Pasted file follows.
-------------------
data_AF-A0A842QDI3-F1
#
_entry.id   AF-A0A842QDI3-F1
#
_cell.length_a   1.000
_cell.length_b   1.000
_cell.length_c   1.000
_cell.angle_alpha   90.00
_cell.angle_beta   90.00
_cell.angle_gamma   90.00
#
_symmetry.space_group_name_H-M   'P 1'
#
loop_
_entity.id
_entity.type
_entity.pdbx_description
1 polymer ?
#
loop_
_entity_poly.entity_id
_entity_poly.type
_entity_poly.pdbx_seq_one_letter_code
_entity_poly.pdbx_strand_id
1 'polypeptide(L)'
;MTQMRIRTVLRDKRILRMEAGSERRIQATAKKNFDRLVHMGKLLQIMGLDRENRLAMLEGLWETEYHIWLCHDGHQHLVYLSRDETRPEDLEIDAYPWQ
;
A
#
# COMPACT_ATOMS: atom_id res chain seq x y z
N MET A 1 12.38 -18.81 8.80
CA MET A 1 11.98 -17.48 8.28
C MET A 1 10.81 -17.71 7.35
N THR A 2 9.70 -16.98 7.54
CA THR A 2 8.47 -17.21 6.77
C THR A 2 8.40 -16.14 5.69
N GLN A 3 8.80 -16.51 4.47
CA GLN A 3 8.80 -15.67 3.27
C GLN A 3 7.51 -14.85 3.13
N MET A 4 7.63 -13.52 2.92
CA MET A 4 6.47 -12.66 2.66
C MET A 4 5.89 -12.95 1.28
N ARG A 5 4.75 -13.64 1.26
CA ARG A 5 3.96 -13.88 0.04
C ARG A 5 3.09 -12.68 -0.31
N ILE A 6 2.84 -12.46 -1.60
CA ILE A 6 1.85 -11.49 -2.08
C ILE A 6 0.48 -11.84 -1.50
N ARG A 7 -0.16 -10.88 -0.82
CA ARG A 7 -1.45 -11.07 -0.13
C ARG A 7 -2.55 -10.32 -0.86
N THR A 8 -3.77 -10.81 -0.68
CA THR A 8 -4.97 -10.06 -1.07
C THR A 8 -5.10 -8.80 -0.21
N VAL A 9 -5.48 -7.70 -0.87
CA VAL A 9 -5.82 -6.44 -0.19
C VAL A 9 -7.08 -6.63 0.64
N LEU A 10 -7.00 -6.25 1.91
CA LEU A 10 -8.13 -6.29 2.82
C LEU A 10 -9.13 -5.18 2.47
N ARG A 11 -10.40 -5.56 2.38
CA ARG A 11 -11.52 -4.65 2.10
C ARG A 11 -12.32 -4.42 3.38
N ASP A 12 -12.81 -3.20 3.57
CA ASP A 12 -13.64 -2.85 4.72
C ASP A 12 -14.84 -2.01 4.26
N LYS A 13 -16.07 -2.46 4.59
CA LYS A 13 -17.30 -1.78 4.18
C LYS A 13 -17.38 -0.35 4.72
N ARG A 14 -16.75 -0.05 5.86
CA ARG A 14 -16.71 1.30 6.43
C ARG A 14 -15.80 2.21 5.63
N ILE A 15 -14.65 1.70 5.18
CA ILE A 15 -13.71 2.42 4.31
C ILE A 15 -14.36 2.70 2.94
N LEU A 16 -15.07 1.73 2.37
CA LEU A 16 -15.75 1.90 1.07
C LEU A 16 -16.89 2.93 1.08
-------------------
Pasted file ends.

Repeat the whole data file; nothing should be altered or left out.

data_AF-A0A842QDI3-F1
#
_entry.id   AF-A0A842QDI3-F1
#
_cell.length_a   1.000
_cell.length_b   1.000
_cell.length_c   1.000
_cell.angle_alpha   90.00
_cell.angle_beta   90.00
_cell.angle_gamma   90.00
#
_symmetry.space_group_name_H-M   'P 1'
#
loop_
_entity.id
_entity.type
_entity.pdbx_description
1 polymer ?
#
loop_
_entity_poly.entity_id
_entity_poly.type
_entity_poly.pdbx_seq_one_letter_code
_entity_poly.pdbx_strand_id
1 'polypeptide(L)'
;MTQMRIRTVLRDKRILRMEAGSERRIQATAKKNFDRLVHMGKLLQIMGLDRENRLAMLEGLWETEYHIWLCHDGHQHLVYLSRDETRPEDLEIDAYPWQ
;
A
#
# COMPACT_ATOMS: atom_id res chain seq x y z
N MET A 1 12.38 -18.81 8.80
CA MET A 1 11.98 -17.48 8.28
C MET A 1 10.81 -17.71 7.35
N THR A 2 9.70 -16.98 7.54
CA THR A 2 8.47 -17.21 6.77
C THR A 2 8.40 -16.14 5.69
N GLN A 3 8.80 -16.51 4.47
CA GLN A 3 8.80 -15.67 3.27
C GLN A 3 7.51 -14.85 3.13
N MET A 4 7.63 -13.52 2.92
CA MET A 4 6.47 -12.66 2.66
C MET A 4 5.89 -12.95 1.28
N ARG A 5 4.75 -13.64 1.26
CA ARG A 5 3.96 -13.88 0.04
C ARG A 5 3.09 -12.68 -0.31
N ILE A 6 2.84 -12.46 -1.60
CA ILE A 6 1.85 -11.49 -2.08
C ILE A 6 0.48 -11.84 -1.50
N ARG A 7 -0.16 -10.88 -0.82
CA ARG A 7 -1.45 -11.07 -0.13
C ARG A 7 -2.55 -10.32 -0.86
N THR A 8 -3.77 -10.81 -0.68
CA THR A 8 -4.97 -10.06 -1.07
C THR A 8 -5.10 -8.80 -0.21
N VAL A 9 -5.48 -7.70 -0.87
CA VAL A 9 -5.82 -6.44 -0.19
C VAL A 9 -7.08 -6.63 0.64
N LEU A 10 -7.00 -6.25 1.91
CA LEU A 10 -8.13 -6.29 2.82
C LEU A 10 -9.13 -5.18 2.47
N ARG A 11 -10.40 -5.56 2.38
CA ARG A 11 -11.52 -4.65 2.10
C ARG A 11 -12.32 -4.42 3.38
N ASP A 12 -12.81 -3.20 3.57
CA ASP A 12 -13.64 -2.85 4.72
C ASP A 12 -14.84 -2.01 4.26
N LYS A 13 -16.07 -2.46 4.59
CA LYS A 13 -17.30 -1.78 4.18
C LYS A 13 -17.38 -0.35 4.72
N ARG A 14 -16.75 -0.05 5.86
CA ARG A 14 -16.71 1.30 6.43
C ARG A 14 -15.80 2.21 5.63
N ILE A 15 -14.65 1.70 5.18
CA ILE A 15 -13.71 2.42 4.31
C ILE A 15 -14.36 2.70 2.94
N LEU A 16 -15.07 1.73 2.37
CA LEU A 16 -15.75 1.90 1.07
C LEU A 16 -16.89 2.93 1.08